Data in Tables VI and VII illustrate the usefulness of 300 grade GILSONITE in products. For any grade of GILSONITE it has been found that when used in combination with other resins there is a synergistic effect, which lowers the melt and solution viscosity more than predicted.
Recently there is increased emphasis on cost reduction in adhesive and sealant products. This has led to reexamination of materials where cost savings can be realized without loss in quality of the product. The availability of new and more uniform grades of GILSONITE, for example 300 grade, now makes GILSONITE a viable substitute for more expensive resins.
In adhesive and sealant applications GILSONITE can be used as a tackifying resin, film former, or other modifier where color is not an overriding factor. GILSONITE is also used to modify the performance of other polymers for example: polyethylene; polyamides; polyvinylacetate; poly (ethylene vinylacetate) copolymer; and a variety of rubbers.
Our current development work is focused on the use of GILSONITE in solvent based, water based, and heat reactive systems. Typical formulations are presented along with measured physical properties and relative costs. These examples are given in Tables VIII through XIII.Contact Adhesives Contact adhesives were prepared that contained GILSONITE as a substitute for a phenolic tackifying resin. The suggested starting formulas and the test results are given in Table VIII. The data suggest that when GILSONITE is substituted for the phenolic component there is an opportunity for improved performance. Increasing the concentration of GILSONITE may provide even greater cost performance benefits.
|Formulas and Properties of Contact Adhesives|
|Neoprene Bakelite CKM 1634 GILSONITE 300 Magnesium Oxide Zinc Oxide AgeRite Stabilizer Toluene Hexane Acetone n-Propanol Water Peel Strength, ASTM D903||100 45 0 8 5 2 115 115 115 0 1||100 22 23 8 5 2 326 0 0 29 1||100 0 45 8 5 2 318 0 0 36 1|
|Plywood, lb/inch Laminate, lb/inch||16.6 19.4||13.9 12.6||19.0 23.7|
|Plywood, psi||226 1||448 .93||318 .85|
|Relative RM Costs|
|Formulas and Properties of Construction Mastics|
|Kraton D1101 Pentalyn H Cumar LX509 GILSONITE 300 Soft Clay Toluene Hexane Shear Strength ASTM D1002||100 100 100 0 512 138 300||100 0 100 100 512 138 300||100 100 0 100 512 138 300||100 0 0 200 512 138 300|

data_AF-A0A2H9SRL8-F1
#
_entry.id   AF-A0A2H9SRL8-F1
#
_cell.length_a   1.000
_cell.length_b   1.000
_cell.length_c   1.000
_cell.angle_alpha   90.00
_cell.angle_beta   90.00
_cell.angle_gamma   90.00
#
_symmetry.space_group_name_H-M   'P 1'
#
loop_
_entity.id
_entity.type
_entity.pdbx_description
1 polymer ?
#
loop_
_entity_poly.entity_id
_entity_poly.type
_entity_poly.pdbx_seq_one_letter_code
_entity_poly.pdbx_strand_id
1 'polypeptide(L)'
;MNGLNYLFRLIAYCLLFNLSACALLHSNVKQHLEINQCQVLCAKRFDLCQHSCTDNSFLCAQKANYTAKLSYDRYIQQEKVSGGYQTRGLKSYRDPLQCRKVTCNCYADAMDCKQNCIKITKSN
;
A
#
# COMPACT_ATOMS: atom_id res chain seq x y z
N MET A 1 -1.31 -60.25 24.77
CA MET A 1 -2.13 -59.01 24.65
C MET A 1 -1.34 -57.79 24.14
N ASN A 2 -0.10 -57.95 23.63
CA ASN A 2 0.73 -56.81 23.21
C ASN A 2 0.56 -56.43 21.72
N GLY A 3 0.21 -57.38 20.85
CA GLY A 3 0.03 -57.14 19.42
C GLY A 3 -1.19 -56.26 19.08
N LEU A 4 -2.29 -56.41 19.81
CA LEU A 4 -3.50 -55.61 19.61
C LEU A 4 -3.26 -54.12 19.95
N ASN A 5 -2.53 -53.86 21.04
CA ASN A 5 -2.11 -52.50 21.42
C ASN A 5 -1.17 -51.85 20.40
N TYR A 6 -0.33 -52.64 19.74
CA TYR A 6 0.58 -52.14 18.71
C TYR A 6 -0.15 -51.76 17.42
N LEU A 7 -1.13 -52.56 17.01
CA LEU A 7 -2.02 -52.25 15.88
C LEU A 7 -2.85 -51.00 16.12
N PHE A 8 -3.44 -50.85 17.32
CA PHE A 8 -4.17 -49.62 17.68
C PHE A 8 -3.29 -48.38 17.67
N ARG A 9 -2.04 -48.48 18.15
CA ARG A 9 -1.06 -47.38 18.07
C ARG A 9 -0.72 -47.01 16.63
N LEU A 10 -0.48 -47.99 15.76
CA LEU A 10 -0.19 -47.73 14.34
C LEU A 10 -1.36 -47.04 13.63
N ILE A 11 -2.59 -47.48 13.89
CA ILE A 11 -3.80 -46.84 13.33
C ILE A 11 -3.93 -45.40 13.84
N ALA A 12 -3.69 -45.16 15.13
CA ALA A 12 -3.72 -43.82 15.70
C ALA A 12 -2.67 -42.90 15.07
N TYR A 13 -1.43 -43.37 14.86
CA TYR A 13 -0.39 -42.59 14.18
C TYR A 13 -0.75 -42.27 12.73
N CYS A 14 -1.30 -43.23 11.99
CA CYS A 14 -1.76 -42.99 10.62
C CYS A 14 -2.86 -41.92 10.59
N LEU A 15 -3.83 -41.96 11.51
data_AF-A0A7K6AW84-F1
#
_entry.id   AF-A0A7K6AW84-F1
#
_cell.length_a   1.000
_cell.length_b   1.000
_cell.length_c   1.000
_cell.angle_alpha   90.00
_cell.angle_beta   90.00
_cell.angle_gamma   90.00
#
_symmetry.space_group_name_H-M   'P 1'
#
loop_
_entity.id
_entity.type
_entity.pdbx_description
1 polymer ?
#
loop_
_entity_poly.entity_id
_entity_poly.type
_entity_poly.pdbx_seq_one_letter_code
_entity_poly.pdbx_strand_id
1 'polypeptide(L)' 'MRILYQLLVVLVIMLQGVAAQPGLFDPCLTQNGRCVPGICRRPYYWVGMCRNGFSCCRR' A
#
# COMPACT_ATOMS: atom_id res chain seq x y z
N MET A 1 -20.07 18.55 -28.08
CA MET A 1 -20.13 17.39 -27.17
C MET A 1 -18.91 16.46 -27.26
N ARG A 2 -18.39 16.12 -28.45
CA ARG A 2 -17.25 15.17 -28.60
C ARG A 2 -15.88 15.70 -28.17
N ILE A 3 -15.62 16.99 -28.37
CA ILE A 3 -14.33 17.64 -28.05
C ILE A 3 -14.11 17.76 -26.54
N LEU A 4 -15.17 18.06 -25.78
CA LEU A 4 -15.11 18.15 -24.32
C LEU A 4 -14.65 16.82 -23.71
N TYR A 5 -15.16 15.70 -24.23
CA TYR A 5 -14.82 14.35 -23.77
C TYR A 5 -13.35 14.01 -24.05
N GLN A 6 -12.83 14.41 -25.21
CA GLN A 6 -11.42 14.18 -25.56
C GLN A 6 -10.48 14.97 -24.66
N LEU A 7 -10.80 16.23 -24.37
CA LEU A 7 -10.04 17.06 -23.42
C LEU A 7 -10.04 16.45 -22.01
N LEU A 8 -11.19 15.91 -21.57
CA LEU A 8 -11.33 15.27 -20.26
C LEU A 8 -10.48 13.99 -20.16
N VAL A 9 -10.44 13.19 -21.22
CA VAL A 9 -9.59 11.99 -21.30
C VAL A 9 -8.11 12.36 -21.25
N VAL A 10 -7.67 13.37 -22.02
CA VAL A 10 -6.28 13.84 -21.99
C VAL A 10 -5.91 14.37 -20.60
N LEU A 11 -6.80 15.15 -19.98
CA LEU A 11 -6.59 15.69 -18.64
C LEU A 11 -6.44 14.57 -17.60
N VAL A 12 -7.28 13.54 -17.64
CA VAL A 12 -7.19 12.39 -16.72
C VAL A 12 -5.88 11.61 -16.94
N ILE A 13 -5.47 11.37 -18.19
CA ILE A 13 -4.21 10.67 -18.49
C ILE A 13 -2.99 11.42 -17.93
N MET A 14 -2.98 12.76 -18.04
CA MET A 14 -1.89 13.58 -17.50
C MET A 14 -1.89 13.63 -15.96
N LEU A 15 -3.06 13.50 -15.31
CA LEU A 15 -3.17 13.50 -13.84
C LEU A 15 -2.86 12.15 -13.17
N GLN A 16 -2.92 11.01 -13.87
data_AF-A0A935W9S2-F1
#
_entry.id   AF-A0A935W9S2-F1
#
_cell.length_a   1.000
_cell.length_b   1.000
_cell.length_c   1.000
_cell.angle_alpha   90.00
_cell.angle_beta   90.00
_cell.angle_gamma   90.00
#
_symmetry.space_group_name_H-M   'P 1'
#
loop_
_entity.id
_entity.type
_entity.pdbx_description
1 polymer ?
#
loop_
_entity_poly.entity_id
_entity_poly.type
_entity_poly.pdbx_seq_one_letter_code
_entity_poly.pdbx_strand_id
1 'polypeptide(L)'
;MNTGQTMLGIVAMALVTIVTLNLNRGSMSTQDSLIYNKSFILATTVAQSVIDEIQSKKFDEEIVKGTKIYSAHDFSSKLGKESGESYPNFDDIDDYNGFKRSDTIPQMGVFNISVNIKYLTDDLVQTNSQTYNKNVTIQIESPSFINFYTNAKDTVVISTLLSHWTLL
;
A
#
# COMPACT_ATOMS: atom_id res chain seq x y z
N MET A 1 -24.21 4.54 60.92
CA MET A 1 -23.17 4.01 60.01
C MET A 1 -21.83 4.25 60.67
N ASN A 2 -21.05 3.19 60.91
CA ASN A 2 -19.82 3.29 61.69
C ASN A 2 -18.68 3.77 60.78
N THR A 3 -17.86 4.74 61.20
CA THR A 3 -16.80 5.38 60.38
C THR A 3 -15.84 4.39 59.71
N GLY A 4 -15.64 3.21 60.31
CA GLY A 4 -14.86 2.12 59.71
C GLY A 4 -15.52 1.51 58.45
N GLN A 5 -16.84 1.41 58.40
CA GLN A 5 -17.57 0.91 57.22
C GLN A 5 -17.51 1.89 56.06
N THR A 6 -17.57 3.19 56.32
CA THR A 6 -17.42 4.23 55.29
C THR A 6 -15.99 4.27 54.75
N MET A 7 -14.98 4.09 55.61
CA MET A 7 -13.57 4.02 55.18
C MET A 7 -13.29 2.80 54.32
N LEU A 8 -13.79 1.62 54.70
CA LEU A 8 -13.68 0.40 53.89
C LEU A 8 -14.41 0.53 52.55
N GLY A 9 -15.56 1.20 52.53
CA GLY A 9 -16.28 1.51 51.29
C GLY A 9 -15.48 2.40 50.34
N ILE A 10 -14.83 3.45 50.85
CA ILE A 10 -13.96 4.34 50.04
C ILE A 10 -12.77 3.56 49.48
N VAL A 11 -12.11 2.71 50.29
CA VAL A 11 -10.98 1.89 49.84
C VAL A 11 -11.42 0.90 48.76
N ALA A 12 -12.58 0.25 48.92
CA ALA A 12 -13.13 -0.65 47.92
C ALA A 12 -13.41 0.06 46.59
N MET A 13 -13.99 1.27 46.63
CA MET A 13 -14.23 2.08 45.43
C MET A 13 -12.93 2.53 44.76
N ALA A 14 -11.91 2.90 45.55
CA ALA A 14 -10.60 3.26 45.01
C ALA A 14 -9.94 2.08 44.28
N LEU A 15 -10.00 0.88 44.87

|3/16″ Plywood, psi Plywood/Concrete, psi||452 350||16.6 19.4||13.9 12.6||19.0 23.7|
|Relative RM Costs||1||.93||.93||.86|
|Formulas and Properties of Hot Melt Additives|
|Elvax 210 Piccolyte A115 GILSONITE 300 Chevron 143 Wax Witco Multiwax Ethyl Antiox 330 Peel Strength, ASTM D903||33 30 0 20 20 0.5||33 15 15 20 20 0.5||33 0 30 20 20 0.5|
|A1 foil/foil, 90°, LB/in foil/glass 180°, LB/in foil/PP, 180°, LB/in||0.85 1.2 0.75||0.98 0.91 0.76||0.83 1.02 0.96|
|Paper Bond, Fiber Tears||yes 1||yes .83||yes .68|
|Relative RM Costs|
|Heat Reactive System With Fluxed GILSONITE|
|Part A Resin A GILSONITE 300 Nebony 100 Sunpar 150 Clay Part B|
|18.8 18.8 0 15.3 37.6||17.2 17.2 0 14.0 34.4||17.2 17.2 0 15.6 34.4||18.7 0 18.2 9.0 35.3|
|Resin B GILSONITE 350 Rose Asphaltenes||9.5 0 0||8.6 8.6 0||7.8 0 7.8||18.7 0 0|
|Lap Shear, ASTM C961|
|Heat Reactive System With Dispersed GILSONITE|
|Resin A Resin B GILSONITE 350 Rose Asphaltenes Asphalt, Air Blown Tensile Strength, psi||12 12 40 0 0 199||12 12 0 40 0 101||12 12 0 0 40 103|
|GILSONITE Water Based Ceramic Tile Adhesive|
|GILSONITE DBP Triton X-100 Emulsion (SBR) Ethylene Glycol Urea Water Thickener Clay||20 5 2 20 4 9 15 .1 32|
Other examples of water based formulas have been shown to produce materials similar to current commercial products.
These examples in this paper indicate that GILSONITE can be used not only in the traditional way as a filler or extender but has good potential as a resin for many types of adhesive and sealant products.
1. K.R. Neel, Encyclopedia Chem. Tech., 11, 3rd. Ed., pp 802-806, (1980).
2. J.M. Sugihara and L.R. McGee, J. Org. Chem. 22, 795 (1957).
3. J.M.E. Quirke, J.M. Maxwell, and G. Eglinton, Tetrahedron 36, 3453 (1980).
4. S.K. Hajibrahim, J.M.E. Quirke, and G. Eglinton, Chem. Geology, 32, 173 (1981).